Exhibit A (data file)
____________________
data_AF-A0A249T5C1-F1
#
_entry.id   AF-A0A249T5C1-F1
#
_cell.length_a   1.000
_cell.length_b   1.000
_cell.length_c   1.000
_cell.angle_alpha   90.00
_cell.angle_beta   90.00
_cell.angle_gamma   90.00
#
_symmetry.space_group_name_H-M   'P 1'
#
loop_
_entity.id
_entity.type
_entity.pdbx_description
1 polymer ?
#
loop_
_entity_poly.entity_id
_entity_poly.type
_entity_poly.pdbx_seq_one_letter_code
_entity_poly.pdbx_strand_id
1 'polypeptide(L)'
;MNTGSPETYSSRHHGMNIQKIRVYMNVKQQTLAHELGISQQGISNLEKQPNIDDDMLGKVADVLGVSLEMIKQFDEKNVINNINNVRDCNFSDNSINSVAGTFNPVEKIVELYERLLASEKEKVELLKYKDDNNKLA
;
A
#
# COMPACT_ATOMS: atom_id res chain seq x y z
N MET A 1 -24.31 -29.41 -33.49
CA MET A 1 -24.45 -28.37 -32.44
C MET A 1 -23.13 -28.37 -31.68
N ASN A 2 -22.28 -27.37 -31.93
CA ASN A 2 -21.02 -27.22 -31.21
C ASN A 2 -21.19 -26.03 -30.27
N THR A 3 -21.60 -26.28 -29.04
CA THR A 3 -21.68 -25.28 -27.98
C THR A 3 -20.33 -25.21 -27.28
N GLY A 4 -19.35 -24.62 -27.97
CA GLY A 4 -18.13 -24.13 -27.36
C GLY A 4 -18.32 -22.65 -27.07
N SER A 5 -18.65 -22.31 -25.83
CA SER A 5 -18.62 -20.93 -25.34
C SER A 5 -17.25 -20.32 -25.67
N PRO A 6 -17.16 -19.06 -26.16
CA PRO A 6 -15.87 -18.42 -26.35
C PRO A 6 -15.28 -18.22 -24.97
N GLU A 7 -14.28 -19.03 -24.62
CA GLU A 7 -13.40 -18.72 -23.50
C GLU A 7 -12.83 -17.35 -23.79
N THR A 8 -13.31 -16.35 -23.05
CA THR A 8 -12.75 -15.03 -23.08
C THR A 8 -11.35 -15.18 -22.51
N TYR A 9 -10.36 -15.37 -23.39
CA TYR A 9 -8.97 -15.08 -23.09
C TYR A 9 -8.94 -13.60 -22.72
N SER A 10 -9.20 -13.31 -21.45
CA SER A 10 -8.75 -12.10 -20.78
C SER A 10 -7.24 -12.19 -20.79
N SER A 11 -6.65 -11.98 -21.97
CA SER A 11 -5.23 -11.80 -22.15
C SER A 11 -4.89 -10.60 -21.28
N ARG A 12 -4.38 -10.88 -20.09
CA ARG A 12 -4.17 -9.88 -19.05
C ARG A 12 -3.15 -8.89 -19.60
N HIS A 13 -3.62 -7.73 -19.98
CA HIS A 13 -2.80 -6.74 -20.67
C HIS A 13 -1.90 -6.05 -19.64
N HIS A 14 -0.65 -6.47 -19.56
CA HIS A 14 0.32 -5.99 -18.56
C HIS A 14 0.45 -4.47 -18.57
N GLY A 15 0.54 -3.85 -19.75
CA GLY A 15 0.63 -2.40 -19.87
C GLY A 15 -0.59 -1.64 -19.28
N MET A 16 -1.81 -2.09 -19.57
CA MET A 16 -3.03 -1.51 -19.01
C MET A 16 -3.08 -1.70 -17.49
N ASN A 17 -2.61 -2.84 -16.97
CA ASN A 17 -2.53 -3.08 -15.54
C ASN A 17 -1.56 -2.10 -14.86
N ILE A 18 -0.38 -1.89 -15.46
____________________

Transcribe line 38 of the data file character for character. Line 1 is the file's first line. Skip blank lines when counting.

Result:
CA THR A 3 -21.68 -25.28 -27.98